Some of the cabin plastics inside the CX-3 look and feel cheap, which is no surprise given that the basic design is modelled off the Mazda2 light hatchback range that starts from $14,990 (plus orc).
However, Mazda’s MZD-Connect system is a highlight. With high-resolution graphics, an intuitive interface accessed via either a touchscreen at standstill, or a rotary dial mounted on the lower console and flanked with ‘shortcut’ buttons; it is a cinch to master.
The sat-nav is excellent and the Pandora/Aha internet app connectivity functions are a boon, providing smartphone-based music streaming on the run.
There is another feature missing though: a premium audio system. Usually flagship Mazda models come with Bose speakers and subwoofer, but here there are only six standard speakers shared with other models in the range.
Standard active safety equipment, however, is impressive, featuring a blind-spot monitor, rear cross-traffic alert and low-speed autonomous emergency braking (AEB).
However, it might be noted that those features are available as a $1030 option on the CX-3 sTouring that is $4300 cheaper.
When that model is optioned with the safety package, the extra $3270 asked to get to the model we’re testing here buys a sunroof, part-leather, automatic up/down high-beam function and lane departure warning. (Might the sTouring, then, be the better option.)
In terms of space, the CX-3 is adequate.
Its front seats are narrow but decently supportive, and the rear bench is perched quite high to allow longer legs to drop to the floor without crimping. Yet still-decent headroom remains and footroom under the front seats is fine.
The lack of air-vents for rear passengers, though, is a major gripe for a small family car.
Boot space is also tiny, at just 264 litres. Two-tier flexibility is available, thanks to an adjustable boot floor, and the space is quite square which is ideal for many items.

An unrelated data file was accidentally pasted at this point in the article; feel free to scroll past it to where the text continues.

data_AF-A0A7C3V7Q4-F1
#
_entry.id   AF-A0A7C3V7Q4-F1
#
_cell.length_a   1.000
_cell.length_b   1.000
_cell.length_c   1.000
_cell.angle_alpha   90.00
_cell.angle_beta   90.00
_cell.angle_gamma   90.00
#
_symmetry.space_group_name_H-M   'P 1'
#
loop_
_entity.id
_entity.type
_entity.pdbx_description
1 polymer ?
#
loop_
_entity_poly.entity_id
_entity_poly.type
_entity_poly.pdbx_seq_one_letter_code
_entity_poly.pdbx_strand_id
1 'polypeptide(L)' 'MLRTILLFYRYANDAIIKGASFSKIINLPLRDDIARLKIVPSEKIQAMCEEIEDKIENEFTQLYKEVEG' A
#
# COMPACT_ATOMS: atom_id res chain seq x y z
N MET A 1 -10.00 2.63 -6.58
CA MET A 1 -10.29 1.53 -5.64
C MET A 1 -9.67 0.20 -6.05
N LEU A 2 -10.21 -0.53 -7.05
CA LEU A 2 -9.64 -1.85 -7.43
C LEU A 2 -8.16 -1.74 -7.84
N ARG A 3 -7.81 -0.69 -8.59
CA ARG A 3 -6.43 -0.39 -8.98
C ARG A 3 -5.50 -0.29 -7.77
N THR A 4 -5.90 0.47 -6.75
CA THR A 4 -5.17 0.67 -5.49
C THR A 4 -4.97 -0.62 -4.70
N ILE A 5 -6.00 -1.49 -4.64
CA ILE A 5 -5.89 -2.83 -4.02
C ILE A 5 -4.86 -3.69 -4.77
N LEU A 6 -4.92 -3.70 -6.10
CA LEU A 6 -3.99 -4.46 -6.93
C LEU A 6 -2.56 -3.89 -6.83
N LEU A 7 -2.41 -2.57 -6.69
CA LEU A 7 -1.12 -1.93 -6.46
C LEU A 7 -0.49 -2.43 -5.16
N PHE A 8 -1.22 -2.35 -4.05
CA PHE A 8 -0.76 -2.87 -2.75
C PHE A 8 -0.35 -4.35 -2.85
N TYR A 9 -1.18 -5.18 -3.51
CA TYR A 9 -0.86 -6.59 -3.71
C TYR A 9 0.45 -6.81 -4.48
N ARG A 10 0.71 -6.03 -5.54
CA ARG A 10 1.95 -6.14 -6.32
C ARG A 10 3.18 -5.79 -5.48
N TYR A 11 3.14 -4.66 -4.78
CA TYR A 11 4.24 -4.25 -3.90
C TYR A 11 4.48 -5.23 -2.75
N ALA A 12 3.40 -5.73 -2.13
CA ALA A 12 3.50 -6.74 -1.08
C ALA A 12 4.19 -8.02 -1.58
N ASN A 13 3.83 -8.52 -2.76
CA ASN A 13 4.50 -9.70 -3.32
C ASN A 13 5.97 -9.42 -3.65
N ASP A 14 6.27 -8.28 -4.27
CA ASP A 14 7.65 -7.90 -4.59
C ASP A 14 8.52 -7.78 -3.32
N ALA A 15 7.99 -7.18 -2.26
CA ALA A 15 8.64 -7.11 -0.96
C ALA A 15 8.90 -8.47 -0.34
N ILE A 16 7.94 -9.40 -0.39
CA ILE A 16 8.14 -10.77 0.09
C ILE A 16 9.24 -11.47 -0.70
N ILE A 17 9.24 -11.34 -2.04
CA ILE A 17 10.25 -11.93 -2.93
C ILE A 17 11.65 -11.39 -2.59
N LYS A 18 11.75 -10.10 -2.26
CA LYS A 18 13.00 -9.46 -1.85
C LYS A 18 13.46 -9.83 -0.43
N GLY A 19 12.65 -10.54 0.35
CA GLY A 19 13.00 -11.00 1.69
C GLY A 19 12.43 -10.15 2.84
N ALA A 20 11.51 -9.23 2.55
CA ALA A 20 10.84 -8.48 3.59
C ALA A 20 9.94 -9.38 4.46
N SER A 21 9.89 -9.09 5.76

However there simply isn’t enough of it. This Mazda certainly focuses on style over space.
ON THE ROAD
- Engine: 109kW/192Nm 2.0 petrol inline four
- Transmission: 6-speed automatic, FWD
- Suspension: MacPherson strut front, torsion bar rear
- Brakes: ventilated front and solid rear discs
- Steering: electrically assisted mechanical steering, 10.6m
- Towing capacity: 640kg (unbraked), 1200kg (braked)
The Mazda CX-3 is frisky and fun on-road. This Japanese brand knows how to make its small cars feel nimble and spirited, and the immediate response of the 2.0-litre engine and snappy shifts of the automatic give the CX-3 a nicely sporty feel.
The 2.0 litre SkyActiv engine has no trouble moving the little Maz along; it is both quick off the line and equally eager when overtaking.
The steering is light and sharp, and the way the CX-3 changes direction through round-a-bouts or on narrow roads is impressive. Quite simply, it is a joy to drive.
All this, of course, might also be said of others in a model range that starts in the ‘low 20s’. The trouble with the Akari (and sTouring) that ride on low-profile 18-inch wheels is that the ride is inferior compared with cheaper Neo and Maxx models with 16-inch wheels (and shod with tyres with larger, higher profile sidewalls).